Verse 5. - The brazen altar. This statement is introduced to lay stress on the fact that, though the ark indeed was not with the tabernacle, the brazen altar of burnt offering assuredly was there, this constituting the place, the proper spot, for sacrifice and worship. (For the account of the brazen altar and its making, see Exodus 27:1-8; Exodus 38:1-7; also Numbers 16:38, 39.) This altar of burnt offering is often spoken of as the altar, to distinguish it from the altar of incense (Exodus 30:1; Exodus 39:38; Numbers 4:11). Bezaleel. (For detailed genealogy, see our 1 Chronicles 2:3-20; also Exodus 31:2-5; Exodus 35:30-35.) He put before. The reading (שָׁם), "was there before," is to be preferred, tallying as it does exactly with Exodus 40:6. This was the reading understood by the Septuagint and Vulgate. The majority of manuscripts, however, and the Syriac Version, have שָׂם. Sought unto it. The analogy of the use of this word would make to be preferred the translation "sought him," i.e. the "Jehovah" just spoken cf. But whether the object of the verb be in this place Jehovah or the altar, it would seem probable that the clause purports to say that Solomon and his people were accustomed to repair thither, while now they were about to repair thither with a very vast burnt offering. 2 Chronicles 1:5The sacrifice at Gibeon, and the theophany. - 2 Chronicles 1:1-6. When Solomon had established himself upon his throne, he went with the princes and representatives of the congregation of Israel to Gibeon, to seek for the divine blessing upon his reign by a solemn sacrifice to be offered there before the tabernacle. 2 Chronicles 1:1 forms, as it were, the superscription of the account of Solomon's reign which follows. In וגו ויּתחזּק equals Solomon established himself in his kingdom, i.e., he became strong and mighty in his kingdom, the older commentators saw a reference to the defeat of Adonijah, the pretender to the crown, and his followers (1 Kings 2). But this view of the words is too narrow; we find the same remark made of other kings whose succession to the throne had not been questioned (cf. 2 Chronicles 12:13; 2 Chronicles 13:21; 2 Chronicles 17:1, and 2 Chronicles 21:4), and the remark refers to the whole reign-to all that Solomon undertook in order to establish a firm dominion, not merely to his entry upon it. With this view of the words, the second clause, "his God was with him, and made him very great," coincides. God gave His blessing to all that Solomon did for this end. With the last words cf. 1 Chronicles 29:25.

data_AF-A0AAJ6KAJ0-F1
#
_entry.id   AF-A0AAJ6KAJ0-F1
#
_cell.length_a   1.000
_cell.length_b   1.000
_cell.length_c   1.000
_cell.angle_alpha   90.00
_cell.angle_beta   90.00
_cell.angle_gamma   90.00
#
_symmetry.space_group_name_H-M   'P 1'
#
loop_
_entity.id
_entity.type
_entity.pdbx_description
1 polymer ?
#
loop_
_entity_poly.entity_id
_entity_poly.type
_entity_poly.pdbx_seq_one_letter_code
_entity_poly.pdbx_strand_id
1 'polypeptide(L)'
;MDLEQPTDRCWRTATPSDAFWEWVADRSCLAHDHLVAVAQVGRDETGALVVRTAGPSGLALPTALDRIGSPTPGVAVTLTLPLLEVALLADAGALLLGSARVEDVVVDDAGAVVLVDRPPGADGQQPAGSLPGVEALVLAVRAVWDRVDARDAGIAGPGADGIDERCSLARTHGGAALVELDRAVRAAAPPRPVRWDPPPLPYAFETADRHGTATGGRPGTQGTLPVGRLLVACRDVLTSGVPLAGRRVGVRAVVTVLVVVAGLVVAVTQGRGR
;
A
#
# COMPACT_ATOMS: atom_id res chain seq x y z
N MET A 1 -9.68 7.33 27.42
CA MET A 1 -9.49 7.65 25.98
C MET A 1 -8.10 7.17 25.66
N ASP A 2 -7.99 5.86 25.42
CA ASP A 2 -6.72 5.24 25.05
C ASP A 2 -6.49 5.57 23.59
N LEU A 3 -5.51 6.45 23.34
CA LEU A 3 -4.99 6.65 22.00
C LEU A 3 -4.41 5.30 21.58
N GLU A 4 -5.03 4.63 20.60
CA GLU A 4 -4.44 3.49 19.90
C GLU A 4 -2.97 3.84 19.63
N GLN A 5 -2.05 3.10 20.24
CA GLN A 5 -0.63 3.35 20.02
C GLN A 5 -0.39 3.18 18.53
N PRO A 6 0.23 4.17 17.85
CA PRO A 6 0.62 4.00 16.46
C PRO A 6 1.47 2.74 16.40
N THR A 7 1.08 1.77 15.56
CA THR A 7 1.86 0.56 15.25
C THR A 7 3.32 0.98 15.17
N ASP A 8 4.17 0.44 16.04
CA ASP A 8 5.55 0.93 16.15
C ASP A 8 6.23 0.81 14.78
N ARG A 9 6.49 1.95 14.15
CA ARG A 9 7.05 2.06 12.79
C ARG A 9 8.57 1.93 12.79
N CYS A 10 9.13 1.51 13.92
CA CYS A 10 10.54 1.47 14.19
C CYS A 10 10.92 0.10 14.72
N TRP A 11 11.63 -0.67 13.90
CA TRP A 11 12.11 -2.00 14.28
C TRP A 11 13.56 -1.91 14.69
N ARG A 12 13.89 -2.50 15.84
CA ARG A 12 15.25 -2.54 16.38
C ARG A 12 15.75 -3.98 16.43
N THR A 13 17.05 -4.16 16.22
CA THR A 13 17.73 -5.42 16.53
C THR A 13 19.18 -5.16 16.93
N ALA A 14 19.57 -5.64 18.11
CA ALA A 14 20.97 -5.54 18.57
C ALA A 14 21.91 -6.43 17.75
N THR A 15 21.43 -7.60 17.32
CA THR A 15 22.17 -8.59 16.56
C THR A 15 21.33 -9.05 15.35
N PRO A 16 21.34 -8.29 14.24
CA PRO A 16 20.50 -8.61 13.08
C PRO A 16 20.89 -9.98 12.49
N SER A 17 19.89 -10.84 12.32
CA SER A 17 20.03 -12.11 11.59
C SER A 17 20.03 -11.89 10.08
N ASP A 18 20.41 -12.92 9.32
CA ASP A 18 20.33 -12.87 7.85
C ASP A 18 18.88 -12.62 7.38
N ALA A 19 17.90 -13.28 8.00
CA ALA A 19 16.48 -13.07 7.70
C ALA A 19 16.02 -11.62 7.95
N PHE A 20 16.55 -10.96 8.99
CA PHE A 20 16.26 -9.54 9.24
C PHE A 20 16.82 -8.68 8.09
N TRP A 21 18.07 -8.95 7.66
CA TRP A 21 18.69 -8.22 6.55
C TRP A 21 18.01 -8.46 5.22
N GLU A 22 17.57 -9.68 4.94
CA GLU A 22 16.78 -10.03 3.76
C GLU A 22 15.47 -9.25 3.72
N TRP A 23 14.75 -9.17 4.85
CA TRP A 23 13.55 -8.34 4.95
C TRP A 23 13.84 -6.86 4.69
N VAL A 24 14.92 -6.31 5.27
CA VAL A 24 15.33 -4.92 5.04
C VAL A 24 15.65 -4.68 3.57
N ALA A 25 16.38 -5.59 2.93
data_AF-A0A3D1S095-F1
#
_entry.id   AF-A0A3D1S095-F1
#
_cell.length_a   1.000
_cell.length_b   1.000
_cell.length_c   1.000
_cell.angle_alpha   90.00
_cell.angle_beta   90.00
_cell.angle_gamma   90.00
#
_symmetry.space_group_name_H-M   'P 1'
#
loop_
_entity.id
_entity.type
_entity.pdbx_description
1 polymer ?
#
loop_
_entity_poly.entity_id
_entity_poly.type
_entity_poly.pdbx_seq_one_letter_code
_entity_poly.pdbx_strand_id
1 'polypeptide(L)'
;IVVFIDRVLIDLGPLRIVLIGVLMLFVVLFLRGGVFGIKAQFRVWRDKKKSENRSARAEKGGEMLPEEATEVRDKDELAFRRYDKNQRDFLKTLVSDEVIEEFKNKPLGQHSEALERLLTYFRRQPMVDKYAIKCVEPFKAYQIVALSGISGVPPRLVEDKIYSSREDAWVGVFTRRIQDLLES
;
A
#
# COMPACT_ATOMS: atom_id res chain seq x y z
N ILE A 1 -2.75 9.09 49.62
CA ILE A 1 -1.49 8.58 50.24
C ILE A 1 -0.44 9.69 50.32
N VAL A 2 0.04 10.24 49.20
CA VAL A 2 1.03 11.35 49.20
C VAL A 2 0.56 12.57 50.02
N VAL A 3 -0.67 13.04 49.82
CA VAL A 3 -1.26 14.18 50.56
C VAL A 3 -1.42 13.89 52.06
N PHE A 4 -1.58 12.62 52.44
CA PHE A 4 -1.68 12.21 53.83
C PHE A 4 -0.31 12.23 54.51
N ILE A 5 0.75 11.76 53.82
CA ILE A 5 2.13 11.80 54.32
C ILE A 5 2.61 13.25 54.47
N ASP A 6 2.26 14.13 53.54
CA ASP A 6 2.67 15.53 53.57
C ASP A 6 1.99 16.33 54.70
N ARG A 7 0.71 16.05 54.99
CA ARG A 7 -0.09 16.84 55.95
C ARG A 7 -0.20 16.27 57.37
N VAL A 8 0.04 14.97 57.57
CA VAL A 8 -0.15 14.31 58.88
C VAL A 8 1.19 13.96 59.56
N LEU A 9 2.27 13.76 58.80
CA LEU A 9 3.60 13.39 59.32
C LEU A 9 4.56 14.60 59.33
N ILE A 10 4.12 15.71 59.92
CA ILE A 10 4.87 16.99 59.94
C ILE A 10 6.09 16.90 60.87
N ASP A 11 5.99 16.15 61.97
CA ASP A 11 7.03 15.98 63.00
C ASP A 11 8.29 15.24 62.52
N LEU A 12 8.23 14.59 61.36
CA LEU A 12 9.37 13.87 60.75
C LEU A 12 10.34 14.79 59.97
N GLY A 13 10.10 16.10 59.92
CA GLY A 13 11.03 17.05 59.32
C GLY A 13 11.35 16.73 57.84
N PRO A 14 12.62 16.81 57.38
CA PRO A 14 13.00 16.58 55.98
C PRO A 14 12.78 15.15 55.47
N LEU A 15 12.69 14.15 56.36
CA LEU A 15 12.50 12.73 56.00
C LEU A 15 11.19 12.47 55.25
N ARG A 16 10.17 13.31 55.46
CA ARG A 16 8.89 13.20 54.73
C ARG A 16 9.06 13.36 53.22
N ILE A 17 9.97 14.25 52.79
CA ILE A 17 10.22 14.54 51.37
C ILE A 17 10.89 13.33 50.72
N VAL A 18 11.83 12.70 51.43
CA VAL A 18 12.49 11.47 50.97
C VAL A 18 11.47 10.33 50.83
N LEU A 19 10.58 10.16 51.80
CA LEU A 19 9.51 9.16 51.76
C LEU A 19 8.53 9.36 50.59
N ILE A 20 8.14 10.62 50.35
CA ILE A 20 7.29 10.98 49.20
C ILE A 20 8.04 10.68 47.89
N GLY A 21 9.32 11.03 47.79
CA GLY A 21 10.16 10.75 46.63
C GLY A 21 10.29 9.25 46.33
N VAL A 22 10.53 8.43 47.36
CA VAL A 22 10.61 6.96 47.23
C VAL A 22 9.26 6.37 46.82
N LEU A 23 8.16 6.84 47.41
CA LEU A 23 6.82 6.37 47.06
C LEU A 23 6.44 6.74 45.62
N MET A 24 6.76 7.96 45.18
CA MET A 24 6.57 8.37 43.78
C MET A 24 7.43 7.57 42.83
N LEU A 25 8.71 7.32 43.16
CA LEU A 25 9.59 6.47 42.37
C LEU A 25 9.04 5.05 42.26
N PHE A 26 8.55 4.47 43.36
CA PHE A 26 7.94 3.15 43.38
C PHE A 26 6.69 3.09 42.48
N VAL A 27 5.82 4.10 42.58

We have an account of the sacrifice at Gibeon (2 Chronicles 1:7-13) in 1 Kings 3:4-15 also. The two narratives agree in all the main points, but, in so far as their form is concerned, it is at once discernible that they are two independent descriptions of the same thing, but derived from the same sources. In 1 Kings 3 the theophany-in our text, on the contrary, that aspect of the sacrifice which connected it with the public worship-is more circumstantially narrated. While in 1 Kings 3:4 it is briefly said the king went to Gibeon to sacrifice there, our historian records that Solomon summoned the princes and representatives of the people to this solemn act, and accompanied by them went to Gibeon. This sacrifice was no mere private sacrifice-it was the religious consecration of the opening of his reign, at which the estates of the kingdom were present as a matter of course. "All Israel" is defined by "the princes over the thousands ..., the judges, and all the honourable;" then לכל־שׂראל is again taken up and explained by the apposition האבות ראשׁי: to all Israel, viz., the heads of the fathers'-houses. ל is to be repeated before ראשׁי. What Solomon said to all Israel through its representatives, is not communicated; but it may be gathered from what succeeds, that he summoned them to accompany him to Gibeon to offer the sacrifice. The reason why he offered his sacrifice at the בּמה, i.e., place of sacrifice, is given in 2 Chronicles 1:3. There the Mosaic tabernacle stood, yet without the ark, which David had caused to be brought up from Kirjath-jearim to Jerusalem (1 Chronicles 13:1-14 and 15). In לו בּהכין the article in ba represents the relative אשׁר equals בּאשׁר or לו הכין אשׁר בּמקום; cf. Judges 5:27; Ruth 1:16; 1 Kings 21:19; see on 1 Chronicles 26:28. Although the ark was separated from the tabernacle, yet by the latter at Gibeon was the Mosaic altar of burnt-offering, and on that account the sanctuary at Gibeon was Jahve's dwelling, and the legal place of worship for burnt-offerings of national-theocratic import. "As our historian here brings forward emphatically the fact that Solomon offered his burnt-offering at the legal place of worship, so he points out in 1 Chronicles 21:28-30 :1, how David was only brought by extraordinary events, and special signs from God, to sacrifice on the altar of burnt-offering erected by him on the threshing-floor of Ornan, and also states how he was prevented from offering his burnt-offering in Gibeon" (Berth.). As to Bezaleel, the maker of the brazen altar, cf. Exodus 31:2 and Exodus 37:1. Instead of שׂם, which most manuscripts and many editions have before לפני, and which the Targ. and Syr. also express, there is found in most editions of the 16th century, and also in manuscripts, שׁם, which the lxx and Vulgate also read. The reading שׁם is unquestionably better and more correct, and the Masoretic pointing שׂם, posuit, has arisen by an undue assimilation of it to Exodus 40:29. The suffix in ידרשׁהוּ does not refer to the altar, but to the preceding word יהוה; cf. אלהים דּרשׁ, 1 Chronicles 21:30; 1 Chronicles 15:13, etc.